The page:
The Express & Star, Wolverhampton City Archives, under the auspices of WAVE: the Museums and Galleries of Wolverhampton (which is in turn governed by Wolverhampton City Council) and the University of Wolverhampton came together in a partnership c.2008 to preserve this collection and make it freely accessible to the public.

After our initial feedback from local residents, community groups, businesses and other organisations we successfully secured a development grant from the Heritage Lottery Fund (HLF) to develop the Second Round Delivery Phase.


App.t project logo

App.t aimed to create an app to support target groups more likely to be unemployed in the current EU economy, and their trainers. It contained interactive training content which focused on developing business start-up skills based on the principles of social enterprise. Participants developed soft skills and work preparation skills to ultimately increase their employability and access to the labour market. The project aimed to make learning employability skills more attractive and accessible for people who favour modern social media technology tools like mobile phones in preference to historical learning and communication methods. Accessibility and recognition of learning was therefore at the heart of the project and was achieved, predominantly, although not exclusively, through the app format and possible accreditation/progression routes mapping.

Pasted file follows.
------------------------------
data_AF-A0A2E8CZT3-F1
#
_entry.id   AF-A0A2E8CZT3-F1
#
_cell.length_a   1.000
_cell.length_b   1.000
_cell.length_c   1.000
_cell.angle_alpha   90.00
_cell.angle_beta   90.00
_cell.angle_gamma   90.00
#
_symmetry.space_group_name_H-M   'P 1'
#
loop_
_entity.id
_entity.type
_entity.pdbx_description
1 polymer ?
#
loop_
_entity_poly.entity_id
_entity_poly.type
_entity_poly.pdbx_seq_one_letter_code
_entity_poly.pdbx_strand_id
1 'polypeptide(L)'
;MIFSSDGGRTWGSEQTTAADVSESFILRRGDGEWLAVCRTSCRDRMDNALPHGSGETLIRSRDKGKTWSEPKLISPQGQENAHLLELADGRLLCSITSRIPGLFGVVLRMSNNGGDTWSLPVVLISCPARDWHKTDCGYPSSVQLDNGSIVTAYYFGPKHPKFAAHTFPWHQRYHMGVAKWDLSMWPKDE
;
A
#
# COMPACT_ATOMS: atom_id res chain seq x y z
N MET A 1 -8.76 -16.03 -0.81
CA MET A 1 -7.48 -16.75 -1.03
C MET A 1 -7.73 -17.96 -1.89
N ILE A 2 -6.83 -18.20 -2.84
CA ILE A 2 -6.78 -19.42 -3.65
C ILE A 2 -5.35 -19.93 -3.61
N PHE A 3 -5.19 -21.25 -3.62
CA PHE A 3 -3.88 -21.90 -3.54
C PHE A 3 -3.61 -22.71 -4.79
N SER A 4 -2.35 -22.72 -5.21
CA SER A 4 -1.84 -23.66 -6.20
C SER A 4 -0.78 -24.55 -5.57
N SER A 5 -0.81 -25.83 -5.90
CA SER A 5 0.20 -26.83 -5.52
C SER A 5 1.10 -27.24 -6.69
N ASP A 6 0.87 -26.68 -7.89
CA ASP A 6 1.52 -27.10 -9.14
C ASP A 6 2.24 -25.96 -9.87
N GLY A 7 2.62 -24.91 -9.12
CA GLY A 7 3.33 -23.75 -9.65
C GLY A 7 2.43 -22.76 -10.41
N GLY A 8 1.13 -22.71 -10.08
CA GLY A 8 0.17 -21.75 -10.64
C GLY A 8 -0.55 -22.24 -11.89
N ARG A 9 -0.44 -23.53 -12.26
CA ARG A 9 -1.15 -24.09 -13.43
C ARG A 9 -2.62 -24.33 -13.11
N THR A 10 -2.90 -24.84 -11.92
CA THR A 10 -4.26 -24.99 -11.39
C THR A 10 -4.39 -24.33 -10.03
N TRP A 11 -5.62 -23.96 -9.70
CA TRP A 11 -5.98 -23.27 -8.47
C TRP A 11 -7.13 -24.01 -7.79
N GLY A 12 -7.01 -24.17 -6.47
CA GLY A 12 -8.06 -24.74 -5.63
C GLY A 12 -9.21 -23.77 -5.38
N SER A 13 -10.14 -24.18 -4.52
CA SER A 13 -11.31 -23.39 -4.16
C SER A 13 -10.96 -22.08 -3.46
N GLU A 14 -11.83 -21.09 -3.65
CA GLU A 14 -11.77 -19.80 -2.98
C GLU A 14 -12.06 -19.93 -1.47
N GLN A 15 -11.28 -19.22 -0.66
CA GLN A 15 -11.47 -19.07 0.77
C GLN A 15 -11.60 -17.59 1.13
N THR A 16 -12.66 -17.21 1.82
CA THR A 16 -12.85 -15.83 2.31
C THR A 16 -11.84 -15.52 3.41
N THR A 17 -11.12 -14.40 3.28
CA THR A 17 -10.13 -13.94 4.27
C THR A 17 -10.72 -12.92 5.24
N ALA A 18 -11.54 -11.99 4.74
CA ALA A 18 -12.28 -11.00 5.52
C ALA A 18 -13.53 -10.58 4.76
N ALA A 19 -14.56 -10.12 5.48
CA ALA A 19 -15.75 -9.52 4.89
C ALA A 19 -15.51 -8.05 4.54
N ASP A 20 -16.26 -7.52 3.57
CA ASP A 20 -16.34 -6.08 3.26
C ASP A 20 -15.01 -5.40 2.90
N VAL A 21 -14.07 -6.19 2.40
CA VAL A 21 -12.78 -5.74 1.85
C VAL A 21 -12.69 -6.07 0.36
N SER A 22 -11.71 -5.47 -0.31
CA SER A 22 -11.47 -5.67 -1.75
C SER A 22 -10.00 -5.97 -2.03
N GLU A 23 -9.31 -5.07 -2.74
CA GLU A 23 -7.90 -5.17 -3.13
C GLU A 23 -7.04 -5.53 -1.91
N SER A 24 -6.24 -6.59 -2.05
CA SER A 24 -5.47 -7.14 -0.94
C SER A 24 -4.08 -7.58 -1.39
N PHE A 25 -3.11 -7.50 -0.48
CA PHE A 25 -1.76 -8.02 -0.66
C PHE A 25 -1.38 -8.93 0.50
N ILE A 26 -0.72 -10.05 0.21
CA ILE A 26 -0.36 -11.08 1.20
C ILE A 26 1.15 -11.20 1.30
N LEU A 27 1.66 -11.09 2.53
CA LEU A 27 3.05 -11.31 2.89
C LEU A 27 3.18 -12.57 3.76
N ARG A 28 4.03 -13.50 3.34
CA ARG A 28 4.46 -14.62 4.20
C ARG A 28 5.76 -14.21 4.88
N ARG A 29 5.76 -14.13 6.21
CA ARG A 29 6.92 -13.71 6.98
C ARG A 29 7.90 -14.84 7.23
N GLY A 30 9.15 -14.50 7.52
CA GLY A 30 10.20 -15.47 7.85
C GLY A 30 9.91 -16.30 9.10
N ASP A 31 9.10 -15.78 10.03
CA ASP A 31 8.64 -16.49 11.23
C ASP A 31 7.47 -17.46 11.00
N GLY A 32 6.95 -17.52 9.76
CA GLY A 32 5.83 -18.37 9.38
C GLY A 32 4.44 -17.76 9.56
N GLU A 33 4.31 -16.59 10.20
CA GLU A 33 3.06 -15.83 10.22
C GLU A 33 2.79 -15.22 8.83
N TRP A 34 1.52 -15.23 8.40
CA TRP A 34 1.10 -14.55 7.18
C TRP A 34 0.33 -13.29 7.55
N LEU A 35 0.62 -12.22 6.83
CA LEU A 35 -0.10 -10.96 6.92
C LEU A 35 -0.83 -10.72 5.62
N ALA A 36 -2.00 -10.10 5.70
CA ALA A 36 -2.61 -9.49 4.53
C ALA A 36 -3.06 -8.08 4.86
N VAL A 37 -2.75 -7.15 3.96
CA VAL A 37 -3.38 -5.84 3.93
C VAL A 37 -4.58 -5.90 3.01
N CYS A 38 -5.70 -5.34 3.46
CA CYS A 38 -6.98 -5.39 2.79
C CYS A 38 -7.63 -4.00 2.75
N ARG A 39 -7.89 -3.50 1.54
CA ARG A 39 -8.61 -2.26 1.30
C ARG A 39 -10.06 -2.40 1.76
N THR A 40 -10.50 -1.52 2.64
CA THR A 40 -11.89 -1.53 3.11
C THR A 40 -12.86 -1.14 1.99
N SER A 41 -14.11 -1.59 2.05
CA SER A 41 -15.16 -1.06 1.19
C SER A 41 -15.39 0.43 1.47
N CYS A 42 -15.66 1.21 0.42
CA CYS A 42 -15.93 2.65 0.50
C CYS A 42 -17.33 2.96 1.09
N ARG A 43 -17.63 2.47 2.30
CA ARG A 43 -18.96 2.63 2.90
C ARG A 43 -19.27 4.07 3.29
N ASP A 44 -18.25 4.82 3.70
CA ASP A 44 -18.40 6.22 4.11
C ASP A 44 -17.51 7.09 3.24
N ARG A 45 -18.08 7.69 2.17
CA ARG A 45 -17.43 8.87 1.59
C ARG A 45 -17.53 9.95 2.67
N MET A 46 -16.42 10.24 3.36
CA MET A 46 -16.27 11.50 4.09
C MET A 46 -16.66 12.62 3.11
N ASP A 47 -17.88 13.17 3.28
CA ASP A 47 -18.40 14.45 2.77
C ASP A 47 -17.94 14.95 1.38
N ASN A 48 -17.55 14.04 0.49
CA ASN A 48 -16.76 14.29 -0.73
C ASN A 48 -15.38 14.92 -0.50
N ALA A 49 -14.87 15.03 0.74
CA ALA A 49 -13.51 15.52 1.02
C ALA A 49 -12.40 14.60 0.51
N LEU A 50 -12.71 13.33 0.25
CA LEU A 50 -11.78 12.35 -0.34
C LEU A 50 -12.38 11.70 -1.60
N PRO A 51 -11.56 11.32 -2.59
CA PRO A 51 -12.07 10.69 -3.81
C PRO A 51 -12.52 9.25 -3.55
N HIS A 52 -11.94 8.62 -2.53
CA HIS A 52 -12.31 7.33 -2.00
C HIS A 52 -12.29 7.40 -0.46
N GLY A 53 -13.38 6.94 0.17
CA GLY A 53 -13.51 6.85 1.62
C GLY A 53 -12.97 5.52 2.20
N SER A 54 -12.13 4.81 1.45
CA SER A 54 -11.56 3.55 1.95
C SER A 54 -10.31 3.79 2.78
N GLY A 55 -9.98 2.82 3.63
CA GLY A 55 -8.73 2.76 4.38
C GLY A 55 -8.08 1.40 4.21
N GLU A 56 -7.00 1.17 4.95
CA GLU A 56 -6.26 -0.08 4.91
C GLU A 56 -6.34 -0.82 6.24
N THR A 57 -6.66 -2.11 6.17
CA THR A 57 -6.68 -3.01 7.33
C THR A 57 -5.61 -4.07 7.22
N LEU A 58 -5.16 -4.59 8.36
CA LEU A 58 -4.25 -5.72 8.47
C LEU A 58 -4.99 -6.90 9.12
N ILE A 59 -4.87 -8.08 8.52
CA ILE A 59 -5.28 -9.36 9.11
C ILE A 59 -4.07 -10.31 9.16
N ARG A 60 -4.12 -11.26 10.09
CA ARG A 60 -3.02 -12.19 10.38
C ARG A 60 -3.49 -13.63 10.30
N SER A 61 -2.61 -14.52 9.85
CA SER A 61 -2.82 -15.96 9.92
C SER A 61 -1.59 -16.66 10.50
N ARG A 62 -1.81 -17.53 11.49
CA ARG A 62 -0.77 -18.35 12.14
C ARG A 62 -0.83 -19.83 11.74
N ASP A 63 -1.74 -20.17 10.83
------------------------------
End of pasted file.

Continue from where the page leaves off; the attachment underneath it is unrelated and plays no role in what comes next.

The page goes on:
The training content was been adapted and developed through an existing Leonardo Transfer of Innovation Project: SET4WORK (Social Enterprise Training for Work) led by UK-based Siawns Teg with partners from Lithuania, Italy, Slovakia, UK and Germany.

The main objectives were:

  • Adapt the existing content to an app
  • Identify informal/non-formal learning and match to formal qualification routes in partner countries
  • Translate and adapt the existing content to the specific target groups of the new partners: Germany and Czech Republic and update in relation to UK and Lithuania partners to ensure relevance
  • Design and develop an interactive app
  • Map content to possible accreditation and progression routes for recognition of learning and employ the principles of ECVET
  • Test and pilot the app
  • Create supporting user guides for trainees and trainers


Start: 01 January 2015

End: 31 August 2017